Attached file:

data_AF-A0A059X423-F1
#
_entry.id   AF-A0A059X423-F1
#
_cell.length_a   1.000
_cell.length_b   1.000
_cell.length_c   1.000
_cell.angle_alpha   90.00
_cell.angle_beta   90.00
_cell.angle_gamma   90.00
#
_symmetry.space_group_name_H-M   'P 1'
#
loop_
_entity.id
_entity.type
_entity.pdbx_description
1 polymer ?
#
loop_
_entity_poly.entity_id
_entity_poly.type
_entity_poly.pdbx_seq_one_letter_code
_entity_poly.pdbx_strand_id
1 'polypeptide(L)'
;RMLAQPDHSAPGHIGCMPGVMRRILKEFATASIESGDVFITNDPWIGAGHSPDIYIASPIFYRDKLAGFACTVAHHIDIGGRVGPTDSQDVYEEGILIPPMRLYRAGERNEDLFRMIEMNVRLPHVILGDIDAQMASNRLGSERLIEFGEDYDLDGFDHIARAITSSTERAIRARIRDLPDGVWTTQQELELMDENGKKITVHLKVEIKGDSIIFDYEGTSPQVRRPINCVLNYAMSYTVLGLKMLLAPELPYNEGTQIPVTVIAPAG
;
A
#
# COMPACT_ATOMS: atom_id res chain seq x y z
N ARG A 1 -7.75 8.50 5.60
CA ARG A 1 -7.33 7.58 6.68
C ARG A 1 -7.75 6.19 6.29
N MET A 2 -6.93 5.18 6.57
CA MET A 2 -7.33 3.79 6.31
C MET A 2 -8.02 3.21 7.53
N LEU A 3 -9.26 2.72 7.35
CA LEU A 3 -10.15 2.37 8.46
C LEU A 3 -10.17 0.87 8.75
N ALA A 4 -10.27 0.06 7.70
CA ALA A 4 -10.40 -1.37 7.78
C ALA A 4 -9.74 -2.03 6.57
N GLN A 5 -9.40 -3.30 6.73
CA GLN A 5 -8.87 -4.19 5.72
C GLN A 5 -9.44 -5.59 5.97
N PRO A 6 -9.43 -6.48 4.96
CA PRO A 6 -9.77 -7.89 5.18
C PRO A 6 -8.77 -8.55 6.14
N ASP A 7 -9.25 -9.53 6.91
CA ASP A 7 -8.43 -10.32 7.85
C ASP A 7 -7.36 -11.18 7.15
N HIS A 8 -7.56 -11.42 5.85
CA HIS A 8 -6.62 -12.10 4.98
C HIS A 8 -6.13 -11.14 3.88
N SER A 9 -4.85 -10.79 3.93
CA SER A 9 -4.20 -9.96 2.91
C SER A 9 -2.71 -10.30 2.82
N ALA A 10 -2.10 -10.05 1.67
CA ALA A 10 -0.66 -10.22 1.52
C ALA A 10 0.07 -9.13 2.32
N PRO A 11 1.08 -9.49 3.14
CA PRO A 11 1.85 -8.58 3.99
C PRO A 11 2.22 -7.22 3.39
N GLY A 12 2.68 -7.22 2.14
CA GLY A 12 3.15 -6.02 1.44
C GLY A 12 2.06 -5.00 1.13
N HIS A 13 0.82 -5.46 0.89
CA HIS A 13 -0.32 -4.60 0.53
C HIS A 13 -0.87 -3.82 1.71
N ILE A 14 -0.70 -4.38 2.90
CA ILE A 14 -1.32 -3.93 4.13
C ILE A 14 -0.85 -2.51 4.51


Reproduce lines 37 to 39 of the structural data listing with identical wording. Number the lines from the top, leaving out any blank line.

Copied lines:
N LEU A 3 -9.26 2.72 7.35
CA LEU A 3 -10.15 2.37 8.46
C LEU A 3 -10.17 0.87 8.75